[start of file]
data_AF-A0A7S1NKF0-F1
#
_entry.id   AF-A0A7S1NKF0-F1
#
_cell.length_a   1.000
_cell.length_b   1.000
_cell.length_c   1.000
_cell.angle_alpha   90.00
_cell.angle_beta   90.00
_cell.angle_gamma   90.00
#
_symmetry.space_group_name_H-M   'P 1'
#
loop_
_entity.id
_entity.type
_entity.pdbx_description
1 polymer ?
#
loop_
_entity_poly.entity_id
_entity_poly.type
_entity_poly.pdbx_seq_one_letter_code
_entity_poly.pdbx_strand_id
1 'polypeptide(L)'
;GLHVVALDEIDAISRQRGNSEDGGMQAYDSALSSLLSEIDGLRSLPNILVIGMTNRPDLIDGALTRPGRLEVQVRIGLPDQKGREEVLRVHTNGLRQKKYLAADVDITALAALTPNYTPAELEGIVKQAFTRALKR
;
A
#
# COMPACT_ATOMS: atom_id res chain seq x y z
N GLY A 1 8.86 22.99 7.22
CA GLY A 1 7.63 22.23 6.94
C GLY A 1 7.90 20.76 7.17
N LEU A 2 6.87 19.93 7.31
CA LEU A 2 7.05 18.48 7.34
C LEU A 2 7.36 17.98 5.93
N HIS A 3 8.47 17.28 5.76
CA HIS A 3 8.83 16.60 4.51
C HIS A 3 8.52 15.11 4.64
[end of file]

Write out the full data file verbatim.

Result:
data_AF-A0A7S1NKF0-F1
#
_entry.id   AF-A0A7S1NKF0-F1
#
_cell.length_a   1.000
_cell.length_b   1.000
_cell.length_c   1.000
_cell.angle_alpha   90.00
_cell.angle_beta   90.00
_cell.angle_gamma   90.00
#
_symmetry.space_group_name_H-M   'P 1'
#
loop_
_entity.id
_entity.type
_entity.pdbx_description
1 polymer ?
#
loop_
_entity_poly.entity_id
_entity_poly.type
_entity_poly.pdbx_seq_one_letter_code
_entity_poly.pdbx_strand_id
1 'polypeptide(L)'
;GLHVVALDEIDAISRQRGNSEDGGMQAYDSALSSLLSEIDGLRSLPNILVIGMTNRPDLIDGALTRPGRLEVQVRIGLPDQKGREEVLRVHTNGLRQKKYLAADVDITALAALTPNYTPAELEGIVKQAFTRALKR
;
A
#
# COMPACT_ATOMS: atom_id res chain seq x y z
N GLY A 1 8.86 22.99 7.22
CA GLY A 1 7.63 22.23 6.94
C GLY A 1 7.90 20.76 7.17
N LEU A 2 6.87 19.93 7.31
CA LEU A 2 7.05 18.48 7.34
C LEU A 2 7.36 17.98 5.93
N HIS A 3 8.47 17.28 5.76
CA HIS A 3 8.83 16.60 4.51
C HIS A 3 8.52 15.11 4.64